Every year, Americans of all political persuasions make pilgrimages to Grand Canyon National Park, which will mark its 100th anniversary on Feb. 26. They stand in awe at the rim of this natural wonder, grateful for the forebears who preserved it for generations — and, for the most part, unaware that the Grand Canyon isn’t nearly as protected as people think it is.
The clock is ticking on a 20-year ban on new mining claims on about 1 million acres of public land surrounding the national park. Thousands of uranium claims were put on hold in 2012 because of mounting evidence that uranium mining in the headwaters of Grand Canyon creeks can contaminate life-giving seeps and springs in the desert basins below.
After examining evidence of harmful effects, five federal agencies recommended the temporary halt to new uranium claims. Ken Salazar, then the interior secretary, said his precautionary decision would allow more time to assess the impacts of active and abandoned mines, adding, “We have chosen a responsible path that makes sense for this and future generations.”
The Senate recently voted 92 to 8 to approve the Natural Resources Management Act. Among other things, it protects Yellowstone National Park from mining on adjacent public lands.
Though the bill doesn’t benefit the canyon, this burst of bipartisanship bodes well for Grand Canyon National Park as it approaches its 100th birthday. It’s time for the new Congress to reach across the aisle and carry on our long bipartisan tradition of stewardship for this crown jewel of the National Park System.
It was a Republican president, Theodore Roosevelt, who first proclaimed the Grand Canyon a national monument in 1908. After bipartisan votes in both houses, President Woodrow Wilson, a Democrat, signed the bill establishing the Grand Canyon as a national park in 1919. A half-century later, Republican Sen. Barry Goldwater of Arizona introduced the bill that nearly doubled the size of Grand Canyon National Park, while returning about 188,000 acres of aboriginal homeland to the Havasupai Tribe. Arizona congressman Mo Udall, a liberal Democrat, helped unite bipartisan support for the Grand Canyon Enlargement Act, and Republican President Gerald Ford signed it into law in 1975.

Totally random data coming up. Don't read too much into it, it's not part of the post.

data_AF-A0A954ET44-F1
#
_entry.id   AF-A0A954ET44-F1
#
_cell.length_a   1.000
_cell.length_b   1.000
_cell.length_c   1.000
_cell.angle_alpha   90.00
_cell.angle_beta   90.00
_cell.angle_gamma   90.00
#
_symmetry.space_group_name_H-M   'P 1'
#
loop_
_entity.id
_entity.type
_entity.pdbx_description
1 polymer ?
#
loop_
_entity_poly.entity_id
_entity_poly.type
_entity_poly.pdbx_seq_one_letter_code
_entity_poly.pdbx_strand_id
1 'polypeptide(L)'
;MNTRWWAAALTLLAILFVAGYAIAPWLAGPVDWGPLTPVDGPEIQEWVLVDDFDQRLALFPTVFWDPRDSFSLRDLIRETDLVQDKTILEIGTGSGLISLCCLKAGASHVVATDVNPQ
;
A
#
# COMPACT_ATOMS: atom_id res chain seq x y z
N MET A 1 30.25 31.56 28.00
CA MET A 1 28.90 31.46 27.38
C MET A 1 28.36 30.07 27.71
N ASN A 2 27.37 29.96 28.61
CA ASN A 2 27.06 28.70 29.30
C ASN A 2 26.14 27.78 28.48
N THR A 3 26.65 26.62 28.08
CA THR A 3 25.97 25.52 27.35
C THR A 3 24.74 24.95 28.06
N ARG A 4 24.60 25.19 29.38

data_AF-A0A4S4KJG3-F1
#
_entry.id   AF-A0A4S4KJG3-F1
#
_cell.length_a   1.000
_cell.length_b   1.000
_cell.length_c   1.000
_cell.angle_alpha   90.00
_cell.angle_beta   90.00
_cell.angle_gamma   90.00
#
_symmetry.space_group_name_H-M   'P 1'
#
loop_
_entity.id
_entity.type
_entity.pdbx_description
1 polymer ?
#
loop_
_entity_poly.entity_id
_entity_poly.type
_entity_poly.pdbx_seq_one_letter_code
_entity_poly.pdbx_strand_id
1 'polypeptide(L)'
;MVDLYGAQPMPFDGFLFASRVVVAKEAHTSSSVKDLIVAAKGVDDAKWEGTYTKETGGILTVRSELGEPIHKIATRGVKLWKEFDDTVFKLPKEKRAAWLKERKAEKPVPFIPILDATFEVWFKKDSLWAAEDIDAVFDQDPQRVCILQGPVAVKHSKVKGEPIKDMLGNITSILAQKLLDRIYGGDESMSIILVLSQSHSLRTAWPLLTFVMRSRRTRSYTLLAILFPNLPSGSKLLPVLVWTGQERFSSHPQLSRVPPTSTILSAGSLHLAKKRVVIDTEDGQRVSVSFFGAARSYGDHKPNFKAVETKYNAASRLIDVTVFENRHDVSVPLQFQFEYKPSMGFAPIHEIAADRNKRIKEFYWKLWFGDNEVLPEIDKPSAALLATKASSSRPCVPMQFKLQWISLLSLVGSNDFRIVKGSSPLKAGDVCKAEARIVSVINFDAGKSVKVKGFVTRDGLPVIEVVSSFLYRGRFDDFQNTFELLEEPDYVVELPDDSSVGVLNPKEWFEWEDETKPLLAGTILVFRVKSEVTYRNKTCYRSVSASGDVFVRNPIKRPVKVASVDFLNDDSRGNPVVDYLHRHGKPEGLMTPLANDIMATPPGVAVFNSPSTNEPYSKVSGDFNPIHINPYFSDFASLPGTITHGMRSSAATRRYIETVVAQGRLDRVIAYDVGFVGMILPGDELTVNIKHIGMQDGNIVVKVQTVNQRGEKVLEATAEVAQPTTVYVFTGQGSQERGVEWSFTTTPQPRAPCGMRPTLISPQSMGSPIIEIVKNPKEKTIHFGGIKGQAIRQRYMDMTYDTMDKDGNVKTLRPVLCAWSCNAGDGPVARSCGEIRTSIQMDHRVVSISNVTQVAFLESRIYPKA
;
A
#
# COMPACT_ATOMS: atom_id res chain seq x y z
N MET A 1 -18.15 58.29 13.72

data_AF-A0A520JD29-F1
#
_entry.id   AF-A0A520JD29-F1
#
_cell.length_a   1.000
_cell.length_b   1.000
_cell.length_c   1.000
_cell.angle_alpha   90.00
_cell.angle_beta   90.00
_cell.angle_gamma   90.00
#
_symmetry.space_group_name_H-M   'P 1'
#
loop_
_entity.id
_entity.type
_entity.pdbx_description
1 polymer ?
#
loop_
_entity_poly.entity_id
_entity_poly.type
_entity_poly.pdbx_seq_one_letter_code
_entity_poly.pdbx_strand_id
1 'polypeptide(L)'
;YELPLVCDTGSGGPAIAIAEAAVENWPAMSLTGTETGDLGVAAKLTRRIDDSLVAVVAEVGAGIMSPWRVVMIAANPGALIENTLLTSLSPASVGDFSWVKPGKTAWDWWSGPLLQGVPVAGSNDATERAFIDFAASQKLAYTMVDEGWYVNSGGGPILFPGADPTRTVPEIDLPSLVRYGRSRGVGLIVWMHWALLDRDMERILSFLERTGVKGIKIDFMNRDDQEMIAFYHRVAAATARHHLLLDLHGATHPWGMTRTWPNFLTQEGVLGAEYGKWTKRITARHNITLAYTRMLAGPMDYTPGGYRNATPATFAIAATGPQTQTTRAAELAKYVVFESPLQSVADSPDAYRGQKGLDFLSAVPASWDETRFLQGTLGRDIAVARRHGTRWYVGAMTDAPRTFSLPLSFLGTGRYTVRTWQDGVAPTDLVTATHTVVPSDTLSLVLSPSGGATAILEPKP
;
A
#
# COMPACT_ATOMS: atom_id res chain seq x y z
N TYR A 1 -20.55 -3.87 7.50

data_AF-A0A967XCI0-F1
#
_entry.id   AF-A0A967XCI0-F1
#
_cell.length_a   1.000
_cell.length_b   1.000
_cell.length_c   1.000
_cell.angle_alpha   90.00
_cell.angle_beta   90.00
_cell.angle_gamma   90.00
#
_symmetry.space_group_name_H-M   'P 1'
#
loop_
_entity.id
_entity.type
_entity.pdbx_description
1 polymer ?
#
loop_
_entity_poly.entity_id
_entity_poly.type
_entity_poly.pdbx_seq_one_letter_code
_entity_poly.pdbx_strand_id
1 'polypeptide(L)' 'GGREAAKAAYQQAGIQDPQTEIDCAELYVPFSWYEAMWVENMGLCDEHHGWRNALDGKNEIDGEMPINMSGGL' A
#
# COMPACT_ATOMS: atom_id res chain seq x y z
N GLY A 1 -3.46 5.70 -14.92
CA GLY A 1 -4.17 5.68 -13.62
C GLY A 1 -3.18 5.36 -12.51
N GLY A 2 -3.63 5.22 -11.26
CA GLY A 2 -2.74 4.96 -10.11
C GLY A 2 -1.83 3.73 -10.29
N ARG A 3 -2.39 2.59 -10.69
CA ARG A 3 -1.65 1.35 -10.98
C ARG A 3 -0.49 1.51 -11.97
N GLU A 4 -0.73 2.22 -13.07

Arizona Republican Sen. John McCain later teamed up with Udall and others from both sides of the aisle in passing the National Parks Overflight Act of 1987. The two leaders joined Democratic Sen. Bill Bradley in cosponsoring the Grand Canyon Protection Act in 1992, one of the last laws that Udall signed on to before retiring. McCain subsequently thanked “my friend Mo Udall” for being “a strong protector of the pristine beauty of the Grand Canyon and our other national parks.”
The people living closest to the canyon are fervent in supporting the mining ban. Ninety-six percent of Arizonans agree that keeping public lands and waters healthy benefits the Arizona economy and quality of life. And nearly two-thirds support the ban on new uranium claims around the Grand Canyon, including 56 percent of Republicans, 67 percent of independents and 69 percent of Democrats.
In particular, the Havasupai people — who live at the bottom of the canyon and whose sole source of regularly accessible water is at risk — want to permanently ban uranium mining. They are joined by Hopi, Navajo, Hualapai, Zuni and other tribal nations in opposing the desecration of their homeland.
Now is the time to protect the Grand Canyon’s sacred waters from permanent uranium-mining pollution. As we prepare to commemorate the 100th anniversary of Grand Canyon National Park, let’s remember that good stewardship, like good citizenship, strengthens and unites our nation.
Let’s challenge all of America’s elected officials to become better caretakers not only of the Grand Canyon but also of all public lands. In this new Congress, let’s sit down and see what we can do — together — to permanently ban uranium mining around the Grand Canyon as our gift to the next generation. Let’s carry the tradition of bipartisan stewardship into the Grand Canyon’s next century.
Cindy McCain is the widow of Sen. John McCain and chairwoman of the board of trustees of the McCain Institute. Mark Udall is the son of the late Rep. Mo Udall and served as a Democratic congressman and senator from Colorado.